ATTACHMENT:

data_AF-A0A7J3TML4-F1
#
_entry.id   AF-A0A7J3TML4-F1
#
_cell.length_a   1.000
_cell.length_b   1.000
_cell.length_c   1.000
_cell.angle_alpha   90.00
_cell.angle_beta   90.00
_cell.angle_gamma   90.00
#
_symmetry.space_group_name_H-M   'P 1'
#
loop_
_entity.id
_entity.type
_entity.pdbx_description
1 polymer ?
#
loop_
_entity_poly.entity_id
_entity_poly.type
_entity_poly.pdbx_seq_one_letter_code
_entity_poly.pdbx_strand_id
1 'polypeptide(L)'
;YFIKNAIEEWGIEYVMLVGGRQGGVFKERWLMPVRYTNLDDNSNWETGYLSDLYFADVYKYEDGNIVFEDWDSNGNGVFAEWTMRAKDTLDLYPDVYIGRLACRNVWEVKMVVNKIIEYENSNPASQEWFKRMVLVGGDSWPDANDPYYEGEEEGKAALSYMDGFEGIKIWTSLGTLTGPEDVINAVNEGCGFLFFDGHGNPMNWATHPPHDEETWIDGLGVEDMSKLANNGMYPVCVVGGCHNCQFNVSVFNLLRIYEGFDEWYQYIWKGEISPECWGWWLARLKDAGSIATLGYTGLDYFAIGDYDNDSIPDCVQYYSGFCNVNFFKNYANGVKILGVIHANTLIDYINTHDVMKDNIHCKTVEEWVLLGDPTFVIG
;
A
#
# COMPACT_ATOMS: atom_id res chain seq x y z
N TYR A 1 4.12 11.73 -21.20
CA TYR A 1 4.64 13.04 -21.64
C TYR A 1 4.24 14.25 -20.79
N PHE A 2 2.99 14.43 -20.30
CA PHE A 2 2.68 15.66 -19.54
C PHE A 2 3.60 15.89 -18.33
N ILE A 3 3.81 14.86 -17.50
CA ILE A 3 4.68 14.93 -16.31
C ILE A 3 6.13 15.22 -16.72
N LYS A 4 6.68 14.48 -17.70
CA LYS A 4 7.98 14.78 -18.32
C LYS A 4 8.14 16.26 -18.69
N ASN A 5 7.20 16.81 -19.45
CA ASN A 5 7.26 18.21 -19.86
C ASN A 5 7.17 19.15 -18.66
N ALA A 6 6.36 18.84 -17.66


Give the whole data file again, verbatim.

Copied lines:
data_AF-A0A7J3TML4-F1
#
_entry.id   AF-A0A7J3TML4-F1
#
_cell.length_a   1.000
_cell.length_b   1.000
_cell.length_c   1.000
_cell.angle_alpha   90.00
_cell.angle_beta   90.00
_cell.angle_gamma   90.00
#
_symmetry.space_group_name_H-M   'P 1'
#
loop_
_entity.id
_entity.type
_entity.pdbx_description
1 polymer ?
#
loop_
_entity_poly.entity_id
_entity_poly.type
_entity_poly.pdbx_seq_one_letter_code
_entity_poly.pdbx_strand_id
1 'polypeptide(L)'
;YFIKNAIEEWGIEYVMLVGGRQGGVFKERWLMPVRYTNLDDNSNWETGYLSDLYFADVYKYEDGNIVFEDWDSNGNGVFAEWTMRAKDTLDLYPDVYIGRLACRNVWEVKMVVNKIIEYENSNPASQEWFKRMVLVGGDSWPDANDPYYEGEEEGKAALSYMDGFEGIKIWTSLGTLTGPEDVINAVNEGCGFLFFDGHGNPMNWATHPPHDEETWIDGLGVEDMSKLANNGMYPVCVVGGCHNCQFNVSVFNLLRIYEGFDEWYQYIWKGEISPECWGWWLARLKDAGSIATLGYTGLDYFAIGDYDNDSIPDCVQYYSGFCNVNFFKNYANGVKILGVIHANTLIDYINTHDVMKDNIHCKTVEEWVLLGDPTFVIG
;
A
#
# COMPACT_ATOMS: atom_id res chain seq x y z
N TYR A 1 4.12 11.73 -21.20
CA TYR A 1 4.64 13.04 -21.64
C TYR A 1 4.24 14.25 -20.79
N PHE A 2 2.99 14.43 -20.30
CA PHE A 2 2.68 15.66 -19.54
C PHE A 2 3.60 15.89 -18.33
N ILE A 3 3.81 14.86 -17.50
CA ILE A 3 4.68 14.93 -16.31
C ILE A 3 6.13 15.22 -16.72
N LYS A 4 6.68 14.48 -17.70
CA LYS A 4 7.98 14.78 -18.32
C LYS A 4 8.14 16.26 -18.69
N ASN A 5 7.20 16.81 -19.45
CA ASN A 5 7.26 18.21 -19.86
C ASN A 5 7.17 19.15 -18.66
N ALA A 6 6.36 18.84 -17.66